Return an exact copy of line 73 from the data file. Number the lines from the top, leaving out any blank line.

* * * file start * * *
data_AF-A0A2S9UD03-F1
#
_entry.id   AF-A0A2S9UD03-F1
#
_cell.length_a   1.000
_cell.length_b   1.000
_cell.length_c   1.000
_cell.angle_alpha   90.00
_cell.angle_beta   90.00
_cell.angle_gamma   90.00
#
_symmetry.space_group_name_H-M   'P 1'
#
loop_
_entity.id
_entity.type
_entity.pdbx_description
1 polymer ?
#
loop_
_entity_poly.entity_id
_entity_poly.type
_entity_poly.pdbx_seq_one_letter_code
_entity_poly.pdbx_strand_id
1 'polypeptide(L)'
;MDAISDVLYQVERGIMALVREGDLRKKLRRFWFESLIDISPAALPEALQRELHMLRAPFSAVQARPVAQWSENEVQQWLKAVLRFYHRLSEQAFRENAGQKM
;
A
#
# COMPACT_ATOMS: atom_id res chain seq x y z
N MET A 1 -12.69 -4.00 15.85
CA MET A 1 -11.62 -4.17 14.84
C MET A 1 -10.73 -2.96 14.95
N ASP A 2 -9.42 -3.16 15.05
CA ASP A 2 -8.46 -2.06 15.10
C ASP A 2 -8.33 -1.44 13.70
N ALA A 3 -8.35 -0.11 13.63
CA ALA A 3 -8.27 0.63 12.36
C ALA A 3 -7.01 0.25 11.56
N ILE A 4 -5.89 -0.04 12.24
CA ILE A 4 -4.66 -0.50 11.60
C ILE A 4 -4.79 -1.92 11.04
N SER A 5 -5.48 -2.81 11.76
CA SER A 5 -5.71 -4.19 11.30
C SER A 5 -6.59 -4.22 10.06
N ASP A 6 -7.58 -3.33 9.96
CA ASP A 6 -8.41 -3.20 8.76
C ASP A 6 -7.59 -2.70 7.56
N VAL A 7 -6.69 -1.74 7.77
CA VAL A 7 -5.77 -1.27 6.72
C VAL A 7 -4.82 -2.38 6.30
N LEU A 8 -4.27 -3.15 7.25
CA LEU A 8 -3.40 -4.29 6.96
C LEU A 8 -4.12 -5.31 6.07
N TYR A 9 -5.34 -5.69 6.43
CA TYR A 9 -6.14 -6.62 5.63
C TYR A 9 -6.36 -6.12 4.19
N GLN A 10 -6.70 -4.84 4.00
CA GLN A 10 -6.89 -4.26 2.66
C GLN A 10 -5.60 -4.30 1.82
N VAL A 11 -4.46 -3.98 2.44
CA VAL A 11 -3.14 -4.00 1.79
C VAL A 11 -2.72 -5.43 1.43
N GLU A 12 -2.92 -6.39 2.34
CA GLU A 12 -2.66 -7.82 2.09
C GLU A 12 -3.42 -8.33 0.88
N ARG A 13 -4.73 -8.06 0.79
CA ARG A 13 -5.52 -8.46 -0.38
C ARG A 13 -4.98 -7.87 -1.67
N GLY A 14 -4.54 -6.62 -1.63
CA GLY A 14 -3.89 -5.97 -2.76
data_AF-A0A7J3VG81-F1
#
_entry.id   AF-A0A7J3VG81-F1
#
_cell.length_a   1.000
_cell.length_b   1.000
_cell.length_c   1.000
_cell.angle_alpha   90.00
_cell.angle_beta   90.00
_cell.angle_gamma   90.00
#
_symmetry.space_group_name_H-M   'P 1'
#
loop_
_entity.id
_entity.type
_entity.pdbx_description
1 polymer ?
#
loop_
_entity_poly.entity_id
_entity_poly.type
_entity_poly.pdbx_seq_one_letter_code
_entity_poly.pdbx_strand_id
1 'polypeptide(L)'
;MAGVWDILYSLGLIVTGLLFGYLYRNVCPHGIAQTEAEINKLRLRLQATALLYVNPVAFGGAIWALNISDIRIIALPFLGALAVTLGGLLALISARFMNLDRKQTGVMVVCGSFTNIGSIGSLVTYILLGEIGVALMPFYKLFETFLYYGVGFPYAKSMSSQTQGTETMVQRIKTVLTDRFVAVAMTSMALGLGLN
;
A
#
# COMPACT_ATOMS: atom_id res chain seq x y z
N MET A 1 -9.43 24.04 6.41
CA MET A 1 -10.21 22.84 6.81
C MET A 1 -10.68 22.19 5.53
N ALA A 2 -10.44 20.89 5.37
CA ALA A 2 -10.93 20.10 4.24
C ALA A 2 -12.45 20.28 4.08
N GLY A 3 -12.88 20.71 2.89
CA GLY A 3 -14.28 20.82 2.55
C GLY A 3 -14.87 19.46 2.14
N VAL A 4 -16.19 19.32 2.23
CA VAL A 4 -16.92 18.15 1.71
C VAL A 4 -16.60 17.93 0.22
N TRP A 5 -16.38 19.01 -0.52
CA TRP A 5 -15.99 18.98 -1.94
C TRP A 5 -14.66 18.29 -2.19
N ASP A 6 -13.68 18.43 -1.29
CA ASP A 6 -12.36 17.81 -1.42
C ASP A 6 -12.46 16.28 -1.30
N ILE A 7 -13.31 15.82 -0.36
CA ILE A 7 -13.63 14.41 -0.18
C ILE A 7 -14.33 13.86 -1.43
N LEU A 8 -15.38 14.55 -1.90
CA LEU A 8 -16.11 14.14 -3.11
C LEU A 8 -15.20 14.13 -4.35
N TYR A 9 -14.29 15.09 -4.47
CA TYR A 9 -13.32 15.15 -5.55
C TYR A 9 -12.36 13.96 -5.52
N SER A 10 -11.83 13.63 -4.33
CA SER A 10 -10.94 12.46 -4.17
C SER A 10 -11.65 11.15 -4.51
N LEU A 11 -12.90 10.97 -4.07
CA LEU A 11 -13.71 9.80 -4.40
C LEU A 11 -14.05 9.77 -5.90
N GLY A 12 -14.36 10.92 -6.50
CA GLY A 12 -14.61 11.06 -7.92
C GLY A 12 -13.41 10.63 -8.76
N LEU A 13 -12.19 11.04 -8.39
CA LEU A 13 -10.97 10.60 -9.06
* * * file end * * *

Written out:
#